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For Governor and U.S. House, Alaska’s Choices in 2018 Election Differ from Seward Peninsula’s

Bearded man in blue shirt and bolo tie sits, smiling at camera, in front of radio microphone.

Republican Mike Dunleavy will be Alaska’s next governor. Unofficial results are in from Tuesday night’s election, and with 433 of 441 precincts reporting, the Alaska Division of Elections shows Mike Dunleavy with 52% of the vote.

Dunleavy campaigned on a platform that promised to restore full Permanent Fund dividends while also cutting government spending. As of press time, Democrat Mark Begich had 43% of the statewide vote, Libertarian Billy Toien 2%.

Republican Don Young will extend his tenure as the country’s longest-serving member of the U.S. House of Representatives. The incumbent in Alaska’s sole, at-large House seat won 53% of votes cast. After an extensive grassroots campaign, independent Alyse Galvin lost her bid with 45% of votes cast.

Statewide voting totals from Tuesday do not necessarily reflect the choices of voters in Western Alaska. The Seward Peninsula overwhelmingly voted for Mark Begich in the governor’s race, with some communities like Elim and Golovin showing over 50% voter turnout compared to the statewide turnout of 41%. The only precinct in the region to vote for Dunleavy was Koyuk, where Dunleavy originally began his career as a teacher in the 1990s. Dunleavy did not campaign in the Seward Peninsula or Kotzebue.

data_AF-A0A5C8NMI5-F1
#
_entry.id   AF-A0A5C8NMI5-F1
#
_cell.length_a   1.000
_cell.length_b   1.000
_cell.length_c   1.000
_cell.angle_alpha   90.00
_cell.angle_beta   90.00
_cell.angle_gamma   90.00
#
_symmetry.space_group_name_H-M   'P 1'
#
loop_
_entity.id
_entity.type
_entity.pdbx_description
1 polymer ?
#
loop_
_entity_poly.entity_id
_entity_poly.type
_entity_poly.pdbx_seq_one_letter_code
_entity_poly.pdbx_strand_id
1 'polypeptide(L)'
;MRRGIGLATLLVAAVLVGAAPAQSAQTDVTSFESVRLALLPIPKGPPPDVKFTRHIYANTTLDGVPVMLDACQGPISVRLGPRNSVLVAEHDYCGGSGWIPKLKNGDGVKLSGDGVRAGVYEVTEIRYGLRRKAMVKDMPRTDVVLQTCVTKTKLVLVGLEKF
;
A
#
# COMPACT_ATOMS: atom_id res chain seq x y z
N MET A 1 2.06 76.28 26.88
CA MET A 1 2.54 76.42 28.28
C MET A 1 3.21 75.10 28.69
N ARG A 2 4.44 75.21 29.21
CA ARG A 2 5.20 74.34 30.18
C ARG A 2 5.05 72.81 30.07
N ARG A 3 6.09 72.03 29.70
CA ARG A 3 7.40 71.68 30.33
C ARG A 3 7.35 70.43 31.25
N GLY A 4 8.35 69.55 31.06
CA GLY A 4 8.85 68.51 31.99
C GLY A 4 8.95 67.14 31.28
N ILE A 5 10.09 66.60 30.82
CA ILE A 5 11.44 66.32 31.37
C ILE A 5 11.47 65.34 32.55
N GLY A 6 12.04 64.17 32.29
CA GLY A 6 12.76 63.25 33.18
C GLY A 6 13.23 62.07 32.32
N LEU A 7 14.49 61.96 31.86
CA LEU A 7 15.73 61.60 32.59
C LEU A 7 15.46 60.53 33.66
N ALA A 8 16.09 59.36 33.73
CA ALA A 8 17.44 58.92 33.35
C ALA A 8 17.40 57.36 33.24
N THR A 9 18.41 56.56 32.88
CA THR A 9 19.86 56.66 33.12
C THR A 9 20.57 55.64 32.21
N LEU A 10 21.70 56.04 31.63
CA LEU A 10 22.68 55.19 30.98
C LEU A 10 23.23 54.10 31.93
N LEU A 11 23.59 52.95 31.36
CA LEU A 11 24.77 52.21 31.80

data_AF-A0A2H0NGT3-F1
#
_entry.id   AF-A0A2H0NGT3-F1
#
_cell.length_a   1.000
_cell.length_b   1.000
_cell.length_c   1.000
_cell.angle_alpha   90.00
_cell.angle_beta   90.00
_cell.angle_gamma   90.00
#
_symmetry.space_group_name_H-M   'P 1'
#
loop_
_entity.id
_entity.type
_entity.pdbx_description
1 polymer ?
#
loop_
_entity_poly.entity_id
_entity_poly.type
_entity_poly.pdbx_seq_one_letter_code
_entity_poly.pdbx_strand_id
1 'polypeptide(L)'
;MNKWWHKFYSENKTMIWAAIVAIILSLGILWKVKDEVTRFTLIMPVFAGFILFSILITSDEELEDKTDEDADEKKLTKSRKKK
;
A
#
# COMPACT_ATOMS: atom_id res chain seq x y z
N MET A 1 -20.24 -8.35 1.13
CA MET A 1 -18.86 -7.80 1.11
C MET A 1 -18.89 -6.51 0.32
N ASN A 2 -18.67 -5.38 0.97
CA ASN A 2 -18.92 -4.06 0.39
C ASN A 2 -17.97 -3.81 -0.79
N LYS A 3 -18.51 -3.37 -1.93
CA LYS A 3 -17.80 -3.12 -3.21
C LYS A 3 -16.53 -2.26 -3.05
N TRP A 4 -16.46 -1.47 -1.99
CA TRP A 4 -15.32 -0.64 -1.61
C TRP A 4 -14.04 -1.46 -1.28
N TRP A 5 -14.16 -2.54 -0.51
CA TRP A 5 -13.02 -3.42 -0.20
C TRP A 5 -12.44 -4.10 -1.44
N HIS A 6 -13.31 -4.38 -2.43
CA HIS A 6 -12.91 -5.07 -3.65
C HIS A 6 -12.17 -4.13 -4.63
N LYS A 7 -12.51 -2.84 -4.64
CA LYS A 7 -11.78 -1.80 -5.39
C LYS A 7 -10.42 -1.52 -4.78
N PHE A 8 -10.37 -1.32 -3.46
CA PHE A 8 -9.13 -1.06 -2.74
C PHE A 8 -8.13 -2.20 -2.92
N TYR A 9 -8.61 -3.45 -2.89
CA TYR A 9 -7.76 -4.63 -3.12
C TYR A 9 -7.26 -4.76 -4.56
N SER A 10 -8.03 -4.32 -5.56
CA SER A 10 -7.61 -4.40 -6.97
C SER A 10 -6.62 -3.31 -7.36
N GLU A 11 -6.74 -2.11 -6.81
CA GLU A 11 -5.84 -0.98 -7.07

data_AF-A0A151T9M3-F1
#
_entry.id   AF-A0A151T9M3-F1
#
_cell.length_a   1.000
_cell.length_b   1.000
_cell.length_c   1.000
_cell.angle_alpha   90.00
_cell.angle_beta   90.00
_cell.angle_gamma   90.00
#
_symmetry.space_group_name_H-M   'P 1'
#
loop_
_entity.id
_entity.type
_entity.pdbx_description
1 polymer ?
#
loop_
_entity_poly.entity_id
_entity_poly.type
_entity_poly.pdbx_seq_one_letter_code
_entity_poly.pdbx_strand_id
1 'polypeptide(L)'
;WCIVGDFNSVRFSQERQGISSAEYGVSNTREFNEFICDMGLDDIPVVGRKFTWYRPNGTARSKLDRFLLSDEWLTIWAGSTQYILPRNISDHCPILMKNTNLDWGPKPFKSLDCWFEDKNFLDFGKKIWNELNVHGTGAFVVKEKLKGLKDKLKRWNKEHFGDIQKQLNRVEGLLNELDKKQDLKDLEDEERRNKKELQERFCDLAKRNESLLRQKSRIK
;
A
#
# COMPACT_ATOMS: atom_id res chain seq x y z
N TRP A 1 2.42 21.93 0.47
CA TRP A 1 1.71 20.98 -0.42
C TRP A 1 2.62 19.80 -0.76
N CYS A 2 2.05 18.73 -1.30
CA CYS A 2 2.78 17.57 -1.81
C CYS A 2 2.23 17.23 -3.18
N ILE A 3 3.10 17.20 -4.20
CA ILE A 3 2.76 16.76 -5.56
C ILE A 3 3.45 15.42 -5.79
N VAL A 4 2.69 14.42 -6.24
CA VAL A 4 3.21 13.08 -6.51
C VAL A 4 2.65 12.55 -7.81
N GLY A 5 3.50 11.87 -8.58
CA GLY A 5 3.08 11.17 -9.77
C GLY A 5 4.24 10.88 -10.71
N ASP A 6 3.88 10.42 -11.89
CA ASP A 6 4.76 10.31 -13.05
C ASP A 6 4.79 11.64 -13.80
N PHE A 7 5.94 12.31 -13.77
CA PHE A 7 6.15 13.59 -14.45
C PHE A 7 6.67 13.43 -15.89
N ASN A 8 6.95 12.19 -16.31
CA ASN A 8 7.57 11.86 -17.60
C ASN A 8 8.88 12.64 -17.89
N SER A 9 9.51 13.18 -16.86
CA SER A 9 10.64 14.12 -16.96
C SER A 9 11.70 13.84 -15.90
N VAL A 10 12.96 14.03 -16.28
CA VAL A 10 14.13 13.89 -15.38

Independent Alyse Galvin, the challenger candidate for the U.S. House of Representatives, was also favored in the Seward Peninsula, taking 54% of the votes in Nome.

The results of Alaska’s state election do not become official until approval by the state legislature, but that won’t happen until all absentee and questioned ballots are received and reviewed.

Image at top: Congressman Don Young in KNOM Studios. Photo: Margaret DeMaioribus, KNOM.

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